This article in ecotextiles claims 100-340 MJ energy input per kg of weaved cloth (flax and cotton on the lowest on the list, nylon the highest). Additionally the textile industry is the number one industrial polluter of fresh water and releases up to 2000 different chemicals into the environment (if someone knows more about ...
I use old tights for jar covers while sprouting lentils - they provide enough air while not letting flies or pests in.
If you brew kombucha or water kefir you could use tights for the same purpose (for first fermentation stage or if you don't care about carbonation).
The sustainability of fiber farming Cotton, Bamboo, and Hemp all depend heavily on the cultivation methods being used. That being said we can compare the function stacking ability of these crops.
Organic Cotton is an perennial plant that is grown as an annual crop so requires effort and Energy every year to get the crop started. It also require a great deal ...
This question reminds me of
Can I recycle plastics at home by melting and molding?
Recycling paper at home
in that it is asking if it is possible to do some industrialized process at home. Well, of course it is, but that's only because anything is possible.
I think there are two ways of making bamboo fabric, sometimes called "bamboo rayon" and "bamboo ...
Nylon, acrylic and especially polyester clothing release lots of microplastics during laundry. For polyester a study found between 6 and 17,7 million microfibers per 5kg wash
Microplastics are now ubiquitous; they are found in various foods and in 83% of drinking water samples around the world, including both tap and bottled water
We don't know the ...
From a wearing standpoint:
Bamboo is extremely stretchy - if the garment you are looking at is
made of bamboo, you need to consider if you are expecting any
support; because from my experience there is no support. For
example: leggings - comfort is great, softness is great but they are
not "snappy". I am in fact amazed at how form fitting this fabric
Along the lines of m.w.jacobsen's suggestion, if you've planted a new tree, they are great for tying the tree to stakes while its roots develop. They are also great for cleaning walls in your house, because they don't leave any lint behind.
I found this site whilst looking for shoe recycling in the UK. I've found European Recycling Company which is my preferred because they sort everything 400 hundred times!! and reuse everything including zips, buttons, rivets etc. even the dust from the process, but I don't know if they do US.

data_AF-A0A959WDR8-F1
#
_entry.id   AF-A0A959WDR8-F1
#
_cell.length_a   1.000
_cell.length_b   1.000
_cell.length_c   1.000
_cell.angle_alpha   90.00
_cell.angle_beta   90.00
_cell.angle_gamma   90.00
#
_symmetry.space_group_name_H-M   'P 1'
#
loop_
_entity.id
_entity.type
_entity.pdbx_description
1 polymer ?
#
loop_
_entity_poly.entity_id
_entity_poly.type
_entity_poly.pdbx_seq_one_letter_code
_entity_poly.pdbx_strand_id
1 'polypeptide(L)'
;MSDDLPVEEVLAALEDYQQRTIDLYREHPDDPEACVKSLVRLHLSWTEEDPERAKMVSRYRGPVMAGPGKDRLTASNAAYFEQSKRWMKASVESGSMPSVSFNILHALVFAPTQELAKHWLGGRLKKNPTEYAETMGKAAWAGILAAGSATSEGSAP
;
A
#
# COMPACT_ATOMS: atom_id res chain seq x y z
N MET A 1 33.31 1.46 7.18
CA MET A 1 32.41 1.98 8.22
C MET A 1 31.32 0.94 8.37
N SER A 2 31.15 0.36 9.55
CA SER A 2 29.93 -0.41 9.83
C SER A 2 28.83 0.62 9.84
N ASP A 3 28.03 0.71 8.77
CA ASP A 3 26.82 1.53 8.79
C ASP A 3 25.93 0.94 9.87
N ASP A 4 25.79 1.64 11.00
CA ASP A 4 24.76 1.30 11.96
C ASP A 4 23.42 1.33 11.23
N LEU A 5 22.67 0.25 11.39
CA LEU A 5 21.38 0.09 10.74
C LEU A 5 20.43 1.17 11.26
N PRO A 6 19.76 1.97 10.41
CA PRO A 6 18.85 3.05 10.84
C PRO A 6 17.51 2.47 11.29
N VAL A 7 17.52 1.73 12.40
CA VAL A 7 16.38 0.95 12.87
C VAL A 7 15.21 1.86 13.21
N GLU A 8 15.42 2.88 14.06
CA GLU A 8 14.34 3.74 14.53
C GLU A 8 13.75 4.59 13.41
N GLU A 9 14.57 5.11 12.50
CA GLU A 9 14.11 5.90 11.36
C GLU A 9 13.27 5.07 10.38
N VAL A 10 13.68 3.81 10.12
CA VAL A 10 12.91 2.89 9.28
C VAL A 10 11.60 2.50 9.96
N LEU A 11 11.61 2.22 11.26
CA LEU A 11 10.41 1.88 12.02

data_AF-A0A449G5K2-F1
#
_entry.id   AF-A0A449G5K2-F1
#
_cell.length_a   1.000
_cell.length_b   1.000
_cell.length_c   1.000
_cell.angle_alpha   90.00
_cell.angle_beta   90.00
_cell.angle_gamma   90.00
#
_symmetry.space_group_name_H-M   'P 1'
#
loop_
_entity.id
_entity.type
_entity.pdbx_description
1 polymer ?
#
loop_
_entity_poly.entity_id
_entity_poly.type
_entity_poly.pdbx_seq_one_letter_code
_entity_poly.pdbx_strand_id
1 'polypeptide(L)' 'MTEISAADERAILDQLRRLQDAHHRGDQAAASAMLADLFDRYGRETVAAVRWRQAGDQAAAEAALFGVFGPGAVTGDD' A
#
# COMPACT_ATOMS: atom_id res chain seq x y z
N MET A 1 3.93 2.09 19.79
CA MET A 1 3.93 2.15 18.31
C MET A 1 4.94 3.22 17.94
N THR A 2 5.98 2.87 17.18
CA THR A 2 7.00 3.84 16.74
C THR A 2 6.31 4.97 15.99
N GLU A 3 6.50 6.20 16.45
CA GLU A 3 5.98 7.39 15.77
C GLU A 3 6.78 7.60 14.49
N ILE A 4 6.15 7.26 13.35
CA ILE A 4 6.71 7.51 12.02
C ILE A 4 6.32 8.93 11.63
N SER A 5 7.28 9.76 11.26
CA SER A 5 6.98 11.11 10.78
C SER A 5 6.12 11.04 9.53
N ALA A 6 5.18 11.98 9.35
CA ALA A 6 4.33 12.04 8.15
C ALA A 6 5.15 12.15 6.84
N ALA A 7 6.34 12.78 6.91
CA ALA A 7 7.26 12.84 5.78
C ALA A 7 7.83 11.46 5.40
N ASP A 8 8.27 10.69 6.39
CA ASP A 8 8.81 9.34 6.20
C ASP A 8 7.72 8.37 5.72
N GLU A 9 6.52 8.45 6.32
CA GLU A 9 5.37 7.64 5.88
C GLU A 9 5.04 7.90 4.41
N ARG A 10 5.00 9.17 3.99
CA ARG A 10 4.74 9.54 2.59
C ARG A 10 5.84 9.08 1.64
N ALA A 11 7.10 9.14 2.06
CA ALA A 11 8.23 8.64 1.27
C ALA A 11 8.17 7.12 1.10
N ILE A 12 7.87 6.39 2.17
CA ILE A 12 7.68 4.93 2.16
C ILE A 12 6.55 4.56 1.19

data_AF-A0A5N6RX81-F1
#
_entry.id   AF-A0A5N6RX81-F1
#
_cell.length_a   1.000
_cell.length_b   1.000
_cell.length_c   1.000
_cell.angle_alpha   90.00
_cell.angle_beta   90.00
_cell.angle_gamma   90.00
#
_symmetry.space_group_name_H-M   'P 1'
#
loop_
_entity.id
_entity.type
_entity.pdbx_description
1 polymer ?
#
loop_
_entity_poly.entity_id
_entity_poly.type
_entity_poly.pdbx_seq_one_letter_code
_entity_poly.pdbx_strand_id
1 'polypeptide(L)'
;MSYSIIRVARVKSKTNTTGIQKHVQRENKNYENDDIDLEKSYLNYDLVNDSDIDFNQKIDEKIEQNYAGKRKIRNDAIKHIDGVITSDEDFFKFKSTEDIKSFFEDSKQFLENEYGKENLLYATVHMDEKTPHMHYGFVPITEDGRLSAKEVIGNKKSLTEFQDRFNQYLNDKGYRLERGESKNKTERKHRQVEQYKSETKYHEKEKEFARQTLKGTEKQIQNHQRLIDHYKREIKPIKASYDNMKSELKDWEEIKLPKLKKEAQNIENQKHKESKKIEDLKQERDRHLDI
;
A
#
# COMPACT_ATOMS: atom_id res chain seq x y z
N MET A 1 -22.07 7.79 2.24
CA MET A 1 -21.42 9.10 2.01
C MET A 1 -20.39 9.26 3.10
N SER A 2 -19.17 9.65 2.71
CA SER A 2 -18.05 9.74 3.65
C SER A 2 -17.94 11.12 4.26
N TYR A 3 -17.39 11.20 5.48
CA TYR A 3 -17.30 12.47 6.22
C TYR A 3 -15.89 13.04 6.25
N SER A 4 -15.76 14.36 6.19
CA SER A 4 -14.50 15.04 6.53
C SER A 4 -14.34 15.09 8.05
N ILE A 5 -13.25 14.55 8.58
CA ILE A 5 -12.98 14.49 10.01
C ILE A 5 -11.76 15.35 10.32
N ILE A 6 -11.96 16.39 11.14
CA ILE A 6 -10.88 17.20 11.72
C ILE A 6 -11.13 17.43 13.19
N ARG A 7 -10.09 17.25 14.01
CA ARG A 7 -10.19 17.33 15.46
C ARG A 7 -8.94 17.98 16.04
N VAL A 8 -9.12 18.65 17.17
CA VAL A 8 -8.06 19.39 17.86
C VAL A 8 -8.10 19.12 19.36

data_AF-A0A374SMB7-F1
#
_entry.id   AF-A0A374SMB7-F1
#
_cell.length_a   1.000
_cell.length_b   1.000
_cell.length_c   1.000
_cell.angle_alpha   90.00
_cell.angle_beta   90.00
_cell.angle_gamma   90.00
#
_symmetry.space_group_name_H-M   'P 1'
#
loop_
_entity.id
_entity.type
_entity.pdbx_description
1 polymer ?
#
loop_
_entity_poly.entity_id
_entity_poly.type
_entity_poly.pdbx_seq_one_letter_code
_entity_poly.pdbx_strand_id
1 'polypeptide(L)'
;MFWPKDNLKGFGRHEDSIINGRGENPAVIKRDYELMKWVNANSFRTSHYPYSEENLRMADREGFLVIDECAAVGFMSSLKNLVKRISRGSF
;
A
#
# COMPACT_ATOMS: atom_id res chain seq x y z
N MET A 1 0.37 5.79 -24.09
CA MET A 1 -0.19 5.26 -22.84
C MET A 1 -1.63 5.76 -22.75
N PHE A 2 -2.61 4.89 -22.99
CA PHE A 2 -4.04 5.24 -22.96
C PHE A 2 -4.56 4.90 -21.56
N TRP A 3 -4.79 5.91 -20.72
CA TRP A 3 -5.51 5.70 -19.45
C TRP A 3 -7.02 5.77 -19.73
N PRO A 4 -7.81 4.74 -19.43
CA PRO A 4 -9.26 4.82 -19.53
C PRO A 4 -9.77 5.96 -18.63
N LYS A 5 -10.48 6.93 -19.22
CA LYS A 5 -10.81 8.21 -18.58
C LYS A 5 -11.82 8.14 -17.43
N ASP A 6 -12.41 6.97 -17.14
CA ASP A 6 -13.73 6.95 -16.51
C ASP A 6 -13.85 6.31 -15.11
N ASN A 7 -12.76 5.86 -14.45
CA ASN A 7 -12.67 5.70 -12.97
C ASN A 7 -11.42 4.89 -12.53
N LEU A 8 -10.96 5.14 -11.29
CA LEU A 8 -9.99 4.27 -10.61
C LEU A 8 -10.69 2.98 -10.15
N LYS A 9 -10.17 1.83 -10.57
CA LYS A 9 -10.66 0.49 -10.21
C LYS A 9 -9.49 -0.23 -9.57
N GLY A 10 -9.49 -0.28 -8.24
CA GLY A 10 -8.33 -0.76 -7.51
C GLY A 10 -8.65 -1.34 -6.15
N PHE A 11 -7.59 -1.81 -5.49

Also Rethink Recycling - maybe.
But Swalco definitely is in US
These folks are called the American Textile Recycling Service. They take shoes, and although I do not see them specify on the website what they do with them, they recycle/upcycle/keep them out of the landfill.
I just found yesterday a youtube video related to this topic (also in german). Of course the video is a kind of investigative journalism and maybe doesn't mention all important facts. But if this is the truth, all people who throw away their clothes in container of social organisations like the red cross in germany (also called Altkleidersammlung) should ...
Well old shoes can be converted into gasoline by a process known as thermal depolymerisation (https://en.wikipedia.org/wiki/Thermal_depolymerization).
In fact this is not a very complex process. The energy required for the process however might not make it profitable. Then again installed solar panels require subsidies to be viable.
Polar fleece cloth is Polyethylene terephthalate (C10H8O4) sometimes brand named Dacron. It is the same synthetic organic used to make plastic soda bottles, but it isn't generally recycled in its textile form.
If that is the kind of fleece you mean, then cotton probably more naturally fits into the original cycles of the earth's biosphere. Cotton may ...
Good call mentioning American Textile Recycling Service in this answer. You can find convenient ATRS Clothing & Shoe Recycling drop offs in over 13 states nationwide. And it's easy to mail in a box of recycling too! Everything is reused, repurposed or redistributed - nothing goes to waste. Every pound is diverted from our landfill and helps a local ...
Re "...the higher price of prestigious brands is usually dictated by costs such as craftsmanship, design and marketing...", I have to disagree, at least as a general rule. Perhaps more is spent on marketing to convince the gullible that say a Cadillac Escalade is more "prestigious" than the virtually identical Chevy Tahoe, but will it really last longer or ...
source of materials.
Obviously more oil is a bad thing. This casts aspersions on any plastic too.
A shoe that lasts for 10 years is a 20 times the value of one that lasts for half a year.
Cost of making.
Cost is a measure of crystallized sweat. Energy. Labour. Cheaper is better. Cost != Retail Price, although ...